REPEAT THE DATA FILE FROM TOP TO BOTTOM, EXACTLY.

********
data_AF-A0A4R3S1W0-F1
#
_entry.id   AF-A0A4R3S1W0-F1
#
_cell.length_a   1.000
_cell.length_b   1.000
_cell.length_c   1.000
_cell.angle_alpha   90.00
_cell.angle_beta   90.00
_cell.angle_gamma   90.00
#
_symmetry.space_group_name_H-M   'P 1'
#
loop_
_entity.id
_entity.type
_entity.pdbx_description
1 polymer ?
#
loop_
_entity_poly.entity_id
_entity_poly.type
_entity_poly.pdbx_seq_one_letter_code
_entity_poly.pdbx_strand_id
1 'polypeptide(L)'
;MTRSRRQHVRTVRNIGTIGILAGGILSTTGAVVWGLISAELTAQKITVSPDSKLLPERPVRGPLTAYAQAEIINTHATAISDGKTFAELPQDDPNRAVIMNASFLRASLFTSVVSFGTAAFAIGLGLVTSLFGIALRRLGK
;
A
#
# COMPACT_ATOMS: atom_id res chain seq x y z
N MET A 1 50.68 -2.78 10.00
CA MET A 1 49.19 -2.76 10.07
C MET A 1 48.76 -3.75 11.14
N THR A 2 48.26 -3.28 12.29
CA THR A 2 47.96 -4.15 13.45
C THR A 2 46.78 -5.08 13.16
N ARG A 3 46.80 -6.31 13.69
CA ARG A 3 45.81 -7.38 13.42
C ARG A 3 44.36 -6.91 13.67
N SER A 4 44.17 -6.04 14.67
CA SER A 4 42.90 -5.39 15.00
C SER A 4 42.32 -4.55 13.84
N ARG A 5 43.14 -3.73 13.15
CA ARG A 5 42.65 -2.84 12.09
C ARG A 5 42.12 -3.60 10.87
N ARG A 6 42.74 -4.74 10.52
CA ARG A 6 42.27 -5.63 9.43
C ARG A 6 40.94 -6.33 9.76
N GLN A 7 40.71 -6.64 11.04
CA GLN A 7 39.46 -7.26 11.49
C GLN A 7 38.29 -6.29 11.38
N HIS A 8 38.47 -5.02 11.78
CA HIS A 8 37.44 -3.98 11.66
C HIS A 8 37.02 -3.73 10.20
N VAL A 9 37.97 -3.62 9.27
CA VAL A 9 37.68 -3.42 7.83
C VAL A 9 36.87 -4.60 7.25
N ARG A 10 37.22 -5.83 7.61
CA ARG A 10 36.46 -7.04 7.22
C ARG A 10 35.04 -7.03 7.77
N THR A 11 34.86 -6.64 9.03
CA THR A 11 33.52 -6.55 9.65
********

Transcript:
data_AF-A0A4R3S1W0-F1
#
_entry.id   AF-A0A4R3S1W0-F1
#
_cell.length_a   1.000
_cell.length_b   1.000
_cell.length_c   1.000
_cell.angle_alpha   90.00
_cell.angle_beta   90.00
_cell.angle_gamma   90.00
#
_symmetry.space_group_name_H-M   'P 1'
#
loop_
_entity.id
_entity.type
_entity.pdbx_description
1 polymer ?
#
loop_
_entity_poly.entity_id
_entity_poly.type
_entity_poly.pdbx_seq_one_letter_code
_entity_poly.pdbx_strand_id
1 'polypeptide(L)'
;MTRSRRQHVRTVRNIGTIGILAGGILSTTGAVVWGLISAELTAQKITVSPDSKLLPERPVRGPLTAYAQAEIINTHATAISDGKTFAELPQDDPNRAVIMNASFLRASLFTSVVSFGTAAFAIGLGLVTSLFGIALRRLGK
;
A
#
# COMPACT_ATOMS: atom_id res chain seq x y z
N MET A 1 50.68 -2.78 10.00
CA MET A 1 49.19 -2.76 10.07
C MET A 1 48.76 -3.75 11.14
N THR A 2 48.26 -3.28 12.29
CA THR A 2 47.96 -4.15 13.45
C THR A 2 46.78 -5.08 13.16
N ARG A 3 46.80 -6.31 13.69
CA ARG A 3 45.81 -7.38 13.42
C ARG A 3 44.36 -6.91 13.67
N SER A 4 44.17 -6.04 14.67
CA SER A 4 42.90 -5.39 15.00
C SER A 4 42.32 -4.55 13.84
N ARG A 5 43.14 -3.73 13.15
CA ARG A 5 42.65 -2.84 12.09
C ARG A 5 42.12 -3.60 10.87
N ARG A 6 42.74 -4.74 10.52
CA ARG A 6 42.27 -5.63 9.43
C ARG A 6 40.94 -6.33 9.76
N GLN A 7 40.71 -6.64 11.04
CA GLN A 7 39.46 -7.26 11.49
C GLN A 7 38.29 -6.29 11.38
N HIS A 8 38.47 -5.02 11.78
CA HIS A 8 37.44 -3.98 11.66
C HIS A 8 37.02 -3.73 10.20
N VAL A 9 37.97 -3.62 9.27
CA VAL A 9 37.68 -3.42 7.83
C VAL A 9 36.87 -4.60 7.25
N ARG A 10 37.22 -5.83 7.61
CA ARG A 10 36.46 -7.04 7.22
C ARG A 10 35.04 -7.03 7.77
N THR A 11 34.86 -6.64 9.03
CA THR A 11 33.52 -6.55 9.65